1. I haven’t found anything particularly out of the ordinary for that article.
  2. It does convert at 11.11% instead of the site average of 8.8%.
  3. It’s 100% new visitors.
  4. The bounce rate is 23.33% instead of 38%.
  5. But the visit length is also shorter than normal at 2:35 versus 4:15.
  6. And the average pages viewed are 2.4 instead of 3.4.
  7. Also our traffic hasn’t seen any large spikes.
  8. There could be social referrals that we’re missing, but there are only a few visitors a day from social media.
  9. So it’s not like, say, the TechCrunch articles about us.

What?! I’m not as influential as @ripemp? Psch.

After I’d recovered from yet another mild ego bruising, I asked for his thoughts on indirect traffic from the article, as well as his overall value assessment:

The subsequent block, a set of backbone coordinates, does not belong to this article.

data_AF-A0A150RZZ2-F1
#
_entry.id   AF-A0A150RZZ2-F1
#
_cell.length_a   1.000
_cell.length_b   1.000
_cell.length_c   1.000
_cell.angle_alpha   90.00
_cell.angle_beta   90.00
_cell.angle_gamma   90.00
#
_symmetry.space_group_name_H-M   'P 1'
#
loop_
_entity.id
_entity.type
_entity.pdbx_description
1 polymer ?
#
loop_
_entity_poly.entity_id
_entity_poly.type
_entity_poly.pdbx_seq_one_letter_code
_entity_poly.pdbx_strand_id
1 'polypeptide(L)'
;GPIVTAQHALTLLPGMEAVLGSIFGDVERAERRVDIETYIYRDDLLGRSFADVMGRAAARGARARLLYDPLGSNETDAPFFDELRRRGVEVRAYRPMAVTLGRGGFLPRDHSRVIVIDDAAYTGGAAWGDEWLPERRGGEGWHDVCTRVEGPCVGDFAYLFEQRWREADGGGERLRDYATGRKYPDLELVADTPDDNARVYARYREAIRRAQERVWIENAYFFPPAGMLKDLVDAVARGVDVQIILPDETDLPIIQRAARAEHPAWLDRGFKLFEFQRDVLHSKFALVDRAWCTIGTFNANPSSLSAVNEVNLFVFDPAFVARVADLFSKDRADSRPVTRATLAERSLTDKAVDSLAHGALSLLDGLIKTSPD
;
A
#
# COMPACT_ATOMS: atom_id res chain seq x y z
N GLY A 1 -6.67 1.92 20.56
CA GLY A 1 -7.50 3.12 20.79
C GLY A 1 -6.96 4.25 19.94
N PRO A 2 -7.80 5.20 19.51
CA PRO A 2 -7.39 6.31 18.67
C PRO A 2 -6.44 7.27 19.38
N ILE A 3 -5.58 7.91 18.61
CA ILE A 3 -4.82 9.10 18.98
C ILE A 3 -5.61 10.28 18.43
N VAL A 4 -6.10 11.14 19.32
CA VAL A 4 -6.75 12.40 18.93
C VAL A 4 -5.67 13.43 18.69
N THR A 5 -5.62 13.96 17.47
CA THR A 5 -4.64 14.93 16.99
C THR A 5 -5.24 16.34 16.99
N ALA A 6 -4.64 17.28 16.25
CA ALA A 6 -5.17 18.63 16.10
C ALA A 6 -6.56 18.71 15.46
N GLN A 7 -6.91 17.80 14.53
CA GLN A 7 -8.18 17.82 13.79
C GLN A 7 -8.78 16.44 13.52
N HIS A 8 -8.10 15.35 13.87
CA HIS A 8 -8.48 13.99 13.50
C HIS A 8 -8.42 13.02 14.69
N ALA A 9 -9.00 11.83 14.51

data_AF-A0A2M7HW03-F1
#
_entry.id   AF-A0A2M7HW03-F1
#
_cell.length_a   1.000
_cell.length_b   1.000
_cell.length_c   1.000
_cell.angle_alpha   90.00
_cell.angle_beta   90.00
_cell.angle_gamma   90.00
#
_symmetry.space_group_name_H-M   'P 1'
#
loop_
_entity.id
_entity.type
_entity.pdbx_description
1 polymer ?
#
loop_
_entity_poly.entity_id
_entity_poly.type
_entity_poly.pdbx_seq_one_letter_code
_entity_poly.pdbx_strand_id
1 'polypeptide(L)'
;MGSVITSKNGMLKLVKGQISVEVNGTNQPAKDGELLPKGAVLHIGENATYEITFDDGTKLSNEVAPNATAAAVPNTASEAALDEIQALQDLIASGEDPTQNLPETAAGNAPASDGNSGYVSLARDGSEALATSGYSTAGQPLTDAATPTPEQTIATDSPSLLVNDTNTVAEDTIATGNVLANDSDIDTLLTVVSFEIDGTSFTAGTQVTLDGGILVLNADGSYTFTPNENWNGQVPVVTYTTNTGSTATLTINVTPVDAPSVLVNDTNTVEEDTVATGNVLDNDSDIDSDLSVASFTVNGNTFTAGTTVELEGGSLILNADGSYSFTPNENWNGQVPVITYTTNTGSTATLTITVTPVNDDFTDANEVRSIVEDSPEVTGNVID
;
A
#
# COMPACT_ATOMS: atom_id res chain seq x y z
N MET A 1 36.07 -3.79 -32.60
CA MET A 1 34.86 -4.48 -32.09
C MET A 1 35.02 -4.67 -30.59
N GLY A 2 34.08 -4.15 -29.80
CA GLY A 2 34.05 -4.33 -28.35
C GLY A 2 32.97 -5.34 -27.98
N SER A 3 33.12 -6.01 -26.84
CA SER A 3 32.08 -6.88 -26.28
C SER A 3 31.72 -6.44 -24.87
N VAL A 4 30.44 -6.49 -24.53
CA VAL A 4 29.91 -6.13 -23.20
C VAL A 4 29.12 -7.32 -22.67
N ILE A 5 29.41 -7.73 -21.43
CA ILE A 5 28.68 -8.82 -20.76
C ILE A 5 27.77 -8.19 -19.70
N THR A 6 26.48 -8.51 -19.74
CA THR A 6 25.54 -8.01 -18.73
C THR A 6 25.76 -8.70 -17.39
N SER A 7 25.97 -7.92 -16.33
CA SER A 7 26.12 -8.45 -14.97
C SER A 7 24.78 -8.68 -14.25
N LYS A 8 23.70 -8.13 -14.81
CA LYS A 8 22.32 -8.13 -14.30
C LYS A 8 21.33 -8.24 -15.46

“One of the ways we identify indirect visits is we create a statistical model from the normal traffic to separate the normal indirect traffic from article-driven indirect traffic.”

Oh. I mean…obviously that’s what we do!

“In this case, there doesn’t seem to be much article-driven indirect traffic for the last few days based on our models. 🙁 ”

[Yes, he included that specific emoticon]

“At this point, I would say that the value in these types of articles is not in visitors to a company’s site, it’s more in brand awareness or SEO.”

Thank you Patrick.

The featured lesson here?

While content marketing is arguably an important part of the PR function these days, and while having your spokesperson or CEO pen thoughtful, insightful, and oft-earth-shattering content may be a boon for brand equity, it must be recognized as such.

The good news:

Bruised ego notwithstanding, there is no PR silver bullet, or one “right” thing. Rather, it’s all of the various, strategic activities working in tandem – on a continuum – that truly drive customers toward that “path to purchase.”

We welcome your thoughts, so please tweet us here @AirPR. Just make sure you give us some context (help me out!) and make the content good (help yourself out!).